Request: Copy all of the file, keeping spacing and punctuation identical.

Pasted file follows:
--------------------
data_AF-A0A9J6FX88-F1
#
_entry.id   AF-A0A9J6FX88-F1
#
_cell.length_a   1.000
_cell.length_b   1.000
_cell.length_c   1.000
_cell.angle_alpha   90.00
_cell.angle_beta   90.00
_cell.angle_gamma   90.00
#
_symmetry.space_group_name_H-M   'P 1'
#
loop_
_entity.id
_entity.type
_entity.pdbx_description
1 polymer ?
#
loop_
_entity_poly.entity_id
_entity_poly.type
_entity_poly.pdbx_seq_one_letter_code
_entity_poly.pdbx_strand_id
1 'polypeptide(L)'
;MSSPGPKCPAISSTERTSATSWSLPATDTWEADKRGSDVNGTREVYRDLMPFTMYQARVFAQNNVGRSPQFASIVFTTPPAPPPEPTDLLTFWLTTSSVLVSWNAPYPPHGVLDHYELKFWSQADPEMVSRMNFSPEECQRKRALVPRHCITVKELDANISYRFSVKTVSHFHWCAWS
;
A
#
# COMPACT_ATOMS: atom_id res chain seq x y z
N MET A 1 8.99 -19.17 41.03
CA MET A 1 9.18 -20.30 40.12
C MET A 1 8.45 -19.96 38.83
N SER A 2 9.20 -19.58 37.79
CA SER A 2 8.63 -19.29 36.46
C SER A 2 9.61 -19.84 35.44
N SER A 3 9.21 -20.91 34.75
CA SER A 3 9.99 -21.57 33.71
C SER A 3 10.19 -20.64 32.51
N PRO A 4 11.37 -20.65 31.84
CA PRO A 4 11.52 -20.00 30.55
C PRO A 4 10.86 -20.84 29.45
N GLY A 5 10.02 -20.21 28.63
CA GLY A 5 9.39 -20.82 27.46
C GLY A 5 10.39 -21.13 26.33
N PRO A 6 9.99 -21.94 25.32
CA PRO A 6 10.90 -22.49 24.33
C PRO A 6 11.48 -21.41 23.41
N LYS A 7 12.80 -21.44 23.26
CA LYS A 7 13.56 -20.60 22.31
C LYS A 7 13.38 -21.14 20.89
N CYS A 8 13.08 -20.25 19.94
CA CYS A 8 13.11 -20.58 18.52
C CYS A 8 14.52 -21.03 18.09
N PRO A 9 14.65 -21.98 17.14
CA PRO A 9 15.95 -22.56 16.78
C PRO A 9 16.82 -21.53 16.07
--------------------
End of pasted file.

data_AF-A0A9J6FX88-F1
#
_entry.id   AF-A0A9J6FX88-F1
#
_cell.length_a   1.000
_cell.length_b   1.000
_cell.length_c   1.000
_cell.angle_alpha   90.00
_cell.angle_beta   90.00
_cell.angle_gamma   90.00
#
_symmetry.space_group_name_H-M   'P 1'
#
loop_
_entity.id
_entity.type
_entity.pdbx_description
1 polymer ?
#
loop_
_entity_poly.entity_id
_entity_poly.type
_entity_poly.pdbx_seq_one_letter_code
_entity_poly.pdbx_strand_id
1 'polypeptide(L)'
;MSSPGPKCPAISSTERTSATSWSLPATDTWEADKRGSDVNGTREVYRDLMPFTMYQARVFAQNNVGRSPQFASIVFTTPPAPPPEPTDLLTFWLTTSSVLVSWNAPYPPHGVLDHYELKFWSQADPEMVSRMNFSPEECQRKRALVPRHCITVKELDANISYRFSVKTVSHFHWCAWS
;
A
#
# COMPACT_ATOMS: atom_id res chain seq x y z
N MET A 1 8.99 -19.17 41.03
CA MET A 1 9.18 -20.30 40.12
C MET A 1 8.45 -19.96 38.83
N SER A 2 9.20 -19.58 37.79
CA SER A 2 8.63 -19.29 36.46
C SER A 2 9.61 -19.84 35.44
N SER A 3 9.21 -20.91 34.75
CA SER A 3 9.99 -21.57 33.71
C SER A 3 10.19 -20.64 32.51
N PRO A 4 11.37 -20.65 31.84
CA PRO A 4 11.52 -20.00 30.55
C PRO A 4 10.86 -20.84 29.45
N GLY A 5 10.02 -20.21 28.63
CA GLY A 5 9.39 -20.82 27.46
C GLY A 5 10.39 -21.13 26.33
N PRO A 6 9.99 -21.94 25.32
CA PRO A 6 10.90 -22.49 24.33
C PRO A 6 11.48 -21.41 23.41
N LYS A 7 12.80 -21.44 23.26
CA LYS A 7 13.56 -20.60 22.31
C LYS A 7 13.38 -21.14 20.89
N CYS A 8 13.08 -20.25 19.94
CA CYS A 8 13.11 -20.58 18.52
C CYS A 8 14.52 -21.03 18.09
N PRO A 9 14.65 -21.98 17.14
CA PRO A 9 15.95 -22.56 16.78
C PRO A 9 16.82 -21.53 16.07